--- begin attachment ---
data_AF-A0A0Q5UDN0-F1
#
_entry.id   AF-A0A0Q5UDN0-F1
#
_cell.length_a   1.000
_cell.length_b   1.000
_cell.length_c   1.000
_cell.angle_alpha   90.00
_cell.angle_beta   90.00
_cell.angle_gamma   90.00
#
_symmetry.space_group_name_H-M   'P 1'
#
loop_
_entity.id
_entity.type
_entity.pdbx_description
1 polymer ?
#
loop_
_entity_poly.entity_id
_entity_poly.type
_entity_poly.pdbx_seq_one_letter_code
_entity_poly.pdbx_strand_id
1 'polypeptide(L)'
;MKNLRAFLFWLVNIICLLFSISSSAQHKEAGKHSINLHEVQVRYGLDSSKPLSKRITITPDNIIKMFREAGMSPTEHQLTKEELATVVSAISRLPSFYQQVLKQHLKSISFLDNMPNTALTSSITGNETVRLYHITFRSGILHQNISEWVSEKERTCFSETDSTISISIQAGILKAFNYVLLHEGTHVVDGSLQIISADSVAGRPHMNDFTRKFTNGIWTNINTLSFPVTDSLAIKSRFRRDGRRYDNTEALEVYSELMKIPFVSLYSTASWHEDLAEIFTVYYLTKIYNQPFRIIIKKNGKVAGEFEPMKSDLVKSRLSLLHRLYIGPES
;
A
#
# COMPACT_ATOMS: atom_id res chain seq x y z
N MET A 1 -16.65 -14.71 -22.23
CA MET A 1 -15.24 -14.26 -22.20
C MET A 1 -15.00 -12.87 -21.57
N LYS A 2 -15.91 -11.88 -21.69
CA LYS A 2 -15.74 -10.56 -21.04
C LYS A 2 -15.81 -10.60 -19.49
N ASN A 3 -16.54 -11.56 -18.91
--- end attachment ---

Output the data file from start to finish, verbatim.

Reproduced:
data_AF-A0A0Q5UDN0-F1
#
_entry.id   AF-A0A0Q5UDN0-F1
#
_cell.length_a   1.000
_cell.length_b   1.000
_cell.length_c   1.000
_cell.angle_alpha   90.00
_cell.angle_beta   90.00
_cell.angle_gamma   90.00
#
_symmetry.space_group_name_H-M   'P 1'
#
loop_
_entity.id
_entity.type
_entity.pdbx_description
1 polymer ?
#
loop_
_entity_poly.entity_id
_entity_poly.type
_entity_poly.pdbx_seq_one_letter_code
_entity_poly.pdbx_strand_id
1 'polypeptide(L)'
;MKNLRAFLFWLVNIICLLFSISSSAQHKEAGKHSINLHEVQVRYGLDSSKPLSKRITITPDNIIKMFREAGMSPTEHQLTKEELATVVSAISRLPSFYQQVLKQHLKSISFLDNMPNTALTSSITGNETVRLYHITFRSGILHQNISEWVSEKERTCFSETDSTISISIQAGILKAFNYVLLHEGTHVVDGSLQIISADSVAGRPHMNDFTRKFTNGIWTNINTLSFPVTDSLAIKSRFRRDGRRYDNTEALEVYSELMKIPFVSLYSTASWHEDLAEIFTVYYLTKIYNQPFRIIIKKNGKVAGEFEPMKSDLVKSRLSLLHRLYIGPES
;
A
#
# COMPACT_ATOMS: atom_id res chain seq x y z
N MET A 1 -16.65 -14.71 -22.23
CA MET A 1 -15.24 -14.26 -22.20
C MET A 1 -15.00 -12.87 -21.57
N LYS A 2 -15.91 -11.88 -21.69
CA LYS A 2 -15.74 -10.56 -21.04
C LYS A 2 -15.81 -10.60 -19.49
N ASN A 3 -16.54 -11.56 -18.91